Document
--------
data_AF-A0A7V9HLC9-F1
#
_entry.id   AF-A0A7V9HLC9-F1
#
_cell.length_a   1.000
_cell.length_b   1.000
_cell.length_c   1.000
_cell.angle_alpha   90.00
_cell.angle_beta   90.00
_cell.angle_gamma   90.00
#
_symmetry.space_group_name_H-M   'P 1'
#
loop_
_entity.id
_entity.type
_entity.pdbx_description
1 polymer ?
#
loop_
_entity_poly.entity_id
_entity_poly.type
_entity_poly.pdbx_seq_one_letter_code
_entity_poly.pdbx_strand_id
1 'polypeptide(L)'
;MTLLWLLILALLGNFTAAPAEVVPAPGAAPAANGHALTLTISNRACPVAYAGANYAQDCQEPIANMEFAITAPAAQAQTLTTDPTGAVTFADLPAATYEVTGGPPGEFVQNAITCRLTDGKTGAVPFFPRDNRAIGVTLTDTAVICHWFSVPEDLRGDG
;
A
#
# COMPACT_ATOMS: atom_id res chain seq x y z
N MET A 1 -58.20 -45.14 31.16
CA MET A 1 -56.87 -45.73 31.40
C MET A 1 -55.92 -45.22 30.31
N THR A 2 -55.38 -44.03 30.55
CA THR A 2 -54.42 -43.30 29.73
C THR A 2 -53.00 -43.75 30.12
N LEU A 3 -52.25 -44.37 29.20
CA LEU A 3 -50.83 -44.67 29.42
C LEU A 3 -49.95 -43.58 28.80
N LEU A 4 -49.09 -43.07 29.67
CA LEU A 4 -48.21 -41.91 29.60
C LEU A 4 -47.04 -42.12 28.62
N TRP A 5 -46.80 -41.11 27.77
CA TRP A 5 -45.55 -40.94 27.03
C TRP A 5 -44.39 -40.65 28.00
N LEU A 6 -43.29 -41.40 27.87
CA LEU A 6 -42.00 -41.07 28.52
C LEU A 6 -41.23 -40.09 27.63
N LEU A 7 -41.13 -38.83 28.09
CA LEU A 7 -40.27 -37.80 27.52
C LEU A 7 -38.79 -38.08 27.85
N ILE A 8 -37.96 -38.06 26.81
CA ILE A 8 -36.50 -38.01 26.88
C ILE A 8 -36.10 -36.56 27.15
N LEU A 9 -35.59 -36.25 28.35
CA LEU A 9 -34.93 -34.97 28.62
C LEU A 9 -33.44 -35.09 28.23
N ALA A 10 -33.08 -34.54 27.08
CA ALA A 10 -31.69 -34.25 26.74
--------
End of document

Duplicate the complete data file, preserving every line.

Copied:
data_AF-A0A7V9HLC9-F1
#
_entry.id   AF-A0A7V9HLC9-F1
#
_cell.length_a   1.000
_cell.length_b   1.000
_cell.length_c   1.000
_cell.angle_alpha   90.00
_cell.angle_beta   90.00
_cell.angle_gamma   90.00
#
_symmetry.space_group_name_H-M   'P 1'
#
loop_
_entity.id
_entity.type
_entity.pdbx_description
1 polymer ?
#
loop_
_entity_poly.entity_id
_entity_poly.type
_entity_poly.pdbx_seq_one_letter_code
_entity_poly.pdbx_strand_id
1 'polypeptide(L)'
;MTLLWLLILALLGNFTAAPAEVVPAPGAAPAANGHALTLTISNRACPVAYAGANYAQDCQEPIANMEFAITAPAAQAQTLTTDPTGAVTFADLPAATYEVTGGPPGEFVQNAITCRLTDGKTGAVPFFPRDNRAIGVTLTDTAVICHWFSVPEDLRGDG
;
A
#
# COMPACT_ATOMS: atom_id res chain seq x y z
N MET A 1 -58.20 -45.14 31.16
CA MET A 1 -56.87 -45.73 31.40
C MET A 1 -55.92 -45.22 30.31
N THR A 2 -55.38 -44.03 30.55
CA THR A 2 -54.42 -43.30 29.73
C THR A 2 -53.00 -43.75 30.12
N LEU A 3 -52.25 -44.37 29.20
CA LEU A 3 -50.83 -44.67 29.42
C LEU A 3 -49.95 -43.58 28.80
N LEU A 4 -49.09 -43.07 29.67
CA LEU A 4 -48.21 -41.91 29.60
C LEU A 4 -47.04 -42.12 28.62
N TRP A 5 -46.80 -41.11 27.77
CA TRP A 5 -45.55 -40.94 27.03
C TRP A 5 -44.39 -40.65 28.00
N LEU A 6 -43.29 -41.40 27.87
CA LEU A 6 -42.00 -41.07 28.52
C LEU A 6 -41.23 -40.09 27.63
N LEU A 7 -41.13 -38.83 28.09
CA LEU A 7 -40.27 -37.80 27.52
C LEU A 7 -38.79 -38.08 27.85
N ILE A 8 -37.96 -38.06 26.81
CA ILE A 8 -36.50 -38.01 26.88
C ILE A 8 -36.10 -36.56 27.15
N LEU A 9 -35.59 -36.25 28.35
CA LEU A 9 -34.93 -34.97 28.62
C LEU A 9 -33.44 -35.09 28.23
N ALA A 10 -33.08 -34.54 27.08
CA ALA A 10 -31.69 -34.25 26.74